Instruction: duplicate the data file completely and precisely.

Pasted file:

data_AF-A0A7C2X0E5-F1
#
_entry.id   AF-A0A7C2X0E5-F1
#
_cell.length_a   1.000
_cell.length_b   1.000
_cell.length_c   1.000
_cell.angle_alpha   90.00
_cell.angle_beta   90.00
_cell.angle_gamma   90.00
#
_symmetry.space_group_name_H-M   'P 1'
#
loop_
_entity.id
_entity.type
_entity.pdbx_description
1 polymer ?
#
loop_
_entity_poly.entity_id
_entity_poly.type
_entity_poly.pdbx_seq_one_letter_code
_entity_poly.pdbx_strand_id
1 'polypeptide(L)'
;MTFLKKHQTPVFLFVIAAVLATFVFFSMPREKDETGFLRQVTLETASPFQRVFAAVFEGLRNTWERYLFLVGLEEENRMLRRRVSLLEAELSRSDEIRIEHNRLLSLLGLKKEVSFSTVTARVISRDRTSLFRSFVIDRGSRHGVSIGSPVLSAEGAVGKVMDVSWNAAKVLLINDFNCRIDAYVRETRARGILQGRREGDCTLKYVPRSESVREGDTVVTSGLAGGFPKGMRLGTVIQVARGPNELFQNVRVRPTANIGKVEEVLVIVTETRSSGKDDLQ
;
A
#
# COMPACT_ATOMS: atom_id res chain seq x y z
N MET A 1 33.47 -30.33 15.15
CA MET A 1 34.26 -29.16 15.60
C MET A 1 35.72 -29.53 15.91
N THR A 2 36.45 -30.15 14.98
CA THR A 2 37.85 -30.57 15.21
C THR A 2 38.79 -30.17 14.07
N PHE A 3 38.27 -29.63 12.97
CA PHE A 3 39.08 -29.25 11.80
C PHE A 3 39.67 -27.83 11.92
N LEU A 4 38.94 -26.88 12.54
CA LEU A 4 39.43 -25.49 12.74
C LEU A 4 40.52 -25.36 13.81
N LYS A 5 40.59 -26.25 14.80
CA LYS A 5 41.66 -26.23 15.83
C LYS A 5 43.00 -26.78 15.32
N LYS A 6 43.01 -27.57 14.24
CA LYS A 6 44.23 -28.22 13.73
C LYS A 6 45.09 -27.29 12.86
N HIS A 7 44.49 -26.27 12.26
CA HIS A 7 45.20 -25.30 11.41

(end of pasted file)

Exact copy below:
data_AF-A0A7C2X0E5-F1
#
_entry.id   AF-A0A7C2X0E5-F1
#
_cell.length_a   1.000
_cell.length_b   1.000
_cell.length_c   1.000
_cell.angle_alpha   90.00
_cell.angle_beta   90.00
_cell.angle_gamma   90.00
#
_symmetry.space_group_name_H-M   'P 1'
#
loop_
_entity.id
_entity.type
_entity.pdbx_description
1 polymer ?
#
loop_
_entity_poly.entity_id
_entity_poly.type
_entity_poly.pdbx_seq_one_letter_code
_entity_poly.pdbx_strand_id
1 'polypeptide(L)'
;MTFLKKHQTPVFLFVIAAVLATFVFFSMPREKDETGFLRQVTLETASPFQRVFAAVFEGLRNTWERYLFLVGLEEENRMLRRRVSLLEAELSRSDEIRIEHNRLLSLLGLKKEVSFSTVTARVISRDRTSLFRSFVIDRGSRHGVSIGSPVLSAEGAVGKVMDVSWNAAKVLLINDFNCRIDAYVRETRARGILQGRREGDCTLKYVPRSESVREGDTVVTSGLAGGFPKGMRLGTVIQVARGPNELFQNVRVRPTANIGKVEEVLVIVTETRSSGKDDLQ
;
A
#
# COMPACT_ATOMS: atom_id res chain seq x y z
N MET A 1 33.47 -30.33 15.15
CA MET A 1 34.26 -29.16 15.60
C MET A 1 35.72 -29.53 15.91
N THR A 2 36.45 -30.15 14.98
CA THR A 2 37.85 -30.57 15.21
C THR A 2 38.79 -30.17 14.07
N PHE A 3 38.27 -29.63 12.97
CA PHE A 3 39.08 -29.25 11.80
C PHE A 3 39.67 -27.83 11.92
N LEU A 4 38.94 -26.88 12.54
CA LEU A 4 39.43 -25.49 12.74
C LEU A 4 40.52 -25.36 13.81
N LYS A 5 40.59 -26.25 14.80
CA LYS A 5 41.66 -26.23 15.83
C LYS A 5 43.00 -26.78 15.32
N LYS A 6 43.01 -27.57 14.24
CA LYS A 6 44.23 -28.22 13.73
C LYS A 6 45.09 -27.29 12.86
N HIS A 7 44.49 -26.27 12.26
CA HIS A 7 45.20 -25.30 11.41